Mr. President, I rise to discuss the budget. I have long believed we need to get serious about the deficit. I have been listening to my colleagues across the aisle, and I believe we have to be responsible in the way we do it. That is why a year ago I was one of a handful of Senators who fought for the creation of the fiscal debt commission. In fact, a number of us came together and said we are going to get this debt commission or we won't vote for the debt ceiling increase. As a result, while we could not get the statutory fiscal debt commission, we got the debt commission. A lot of people thought it would result in a report that would sit on a dusty shelf, but it has been well received, and it is the blueprint for a group of Senators who are negotiating a bipartisan plan for the budget.

Like everybody, I don't agree with every single recommendation in that report. But I have, in fact, supported the bipartisan effort. I think there are a lot of good things in that report and a very strong way to reduce the debt in the long term.

This week, we are scheduled to vote on the Ryan budget. If it wasn't already crystal clear, this vote will show that a comprehensive solution to our fiscal challenges cannot be achieved by drawing ideological lines in the sand.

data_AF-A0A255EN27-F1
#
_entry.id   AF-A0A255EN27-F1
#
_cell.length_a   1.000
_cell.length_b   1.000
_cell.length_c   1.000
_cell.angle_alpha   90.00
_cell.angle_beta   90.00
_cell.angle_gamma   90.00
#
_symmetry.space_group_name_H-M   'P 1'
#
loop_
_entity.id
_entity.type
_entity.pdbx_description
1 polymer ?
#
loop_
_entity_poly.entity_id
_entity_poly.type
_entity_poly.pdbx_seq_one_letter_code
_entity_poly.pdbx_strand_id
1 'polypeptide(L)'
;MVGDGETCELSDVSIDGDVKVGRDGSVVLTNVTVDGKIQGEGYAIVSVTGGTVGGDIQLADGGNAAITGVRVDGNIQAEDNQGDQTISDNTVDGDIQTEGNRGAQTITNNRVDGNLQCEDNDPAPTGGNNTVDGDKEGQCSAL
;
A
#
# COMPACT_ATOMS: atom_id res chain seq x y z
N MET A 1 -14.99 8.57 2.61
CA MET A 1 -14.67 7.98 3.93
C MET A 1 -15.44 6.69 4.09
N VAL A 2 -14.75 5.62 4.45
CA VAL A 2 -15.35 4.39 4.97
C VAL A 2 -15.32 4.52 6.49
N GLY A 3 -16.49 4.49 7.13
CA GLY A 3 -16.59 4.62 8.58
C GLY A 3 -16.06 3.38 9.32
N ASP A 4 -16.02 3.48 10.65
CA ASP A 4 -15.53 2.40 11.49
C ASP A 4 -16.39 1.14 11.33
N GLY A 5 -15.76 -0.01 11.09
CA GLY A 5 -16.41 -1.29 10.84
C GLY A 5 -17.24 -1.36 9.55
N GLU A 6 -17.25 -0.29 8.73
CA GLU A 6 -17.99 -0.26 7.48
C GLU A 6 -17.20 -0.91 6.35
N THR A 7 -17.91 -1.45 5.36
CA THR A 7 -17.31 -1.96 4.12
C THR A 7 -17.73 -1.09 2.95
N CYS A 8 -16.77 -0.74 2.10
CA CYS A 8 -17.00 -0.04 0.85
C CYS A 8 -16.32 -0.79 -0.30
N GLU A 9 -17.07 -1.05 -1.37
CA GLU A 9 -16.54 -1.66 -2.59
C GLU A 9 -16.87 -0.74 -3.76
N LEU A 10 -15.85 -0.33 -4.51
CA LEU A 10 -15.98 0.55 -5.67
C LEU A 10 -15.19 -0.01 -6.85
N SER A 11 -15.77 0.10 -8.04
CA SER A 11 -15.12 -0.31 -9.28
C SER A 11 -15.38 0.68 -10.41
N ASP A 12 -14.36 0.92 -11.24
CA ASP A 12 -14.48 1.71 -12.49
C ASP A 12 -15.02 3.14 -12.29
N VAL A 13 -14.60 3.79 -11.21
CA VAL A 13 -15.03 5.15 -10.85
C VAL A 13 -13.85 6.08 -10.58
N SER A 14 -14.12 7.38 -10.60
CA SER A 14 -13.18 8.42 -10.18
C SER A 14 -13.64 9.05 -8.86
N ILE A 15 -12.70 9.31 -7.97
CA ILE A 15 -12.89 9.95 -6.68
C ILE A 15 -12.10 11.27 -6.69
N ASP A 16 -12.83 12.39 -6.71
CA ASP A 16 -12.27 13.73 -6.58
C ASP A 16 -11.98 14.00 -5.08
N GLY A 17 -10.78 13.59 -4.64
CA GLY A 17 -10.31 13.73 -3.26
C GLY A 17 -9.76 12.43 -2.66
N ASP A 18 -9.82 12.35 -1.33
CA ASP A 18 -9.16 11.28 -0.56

When the Ryan budget was first rolled out, some hailed it as courageous. But I have to ask how it can be called "courageous" when it protects the $4 billion a year we give to oil companies, it fails to address some of the military defense spending that even Secretary Gates has said could be cut. Instead the House passed its budgets on the backs of the middle class and seniors. In Minnesota, we don't call that courageous.

Before we get into the policy, we should step back and look at the numbers. According to the CBO, our debt is currently projected to reach 67 percent of GDP in 2022, but under the Ryan plan debt would actually reach 70 percent of GDP by 2022.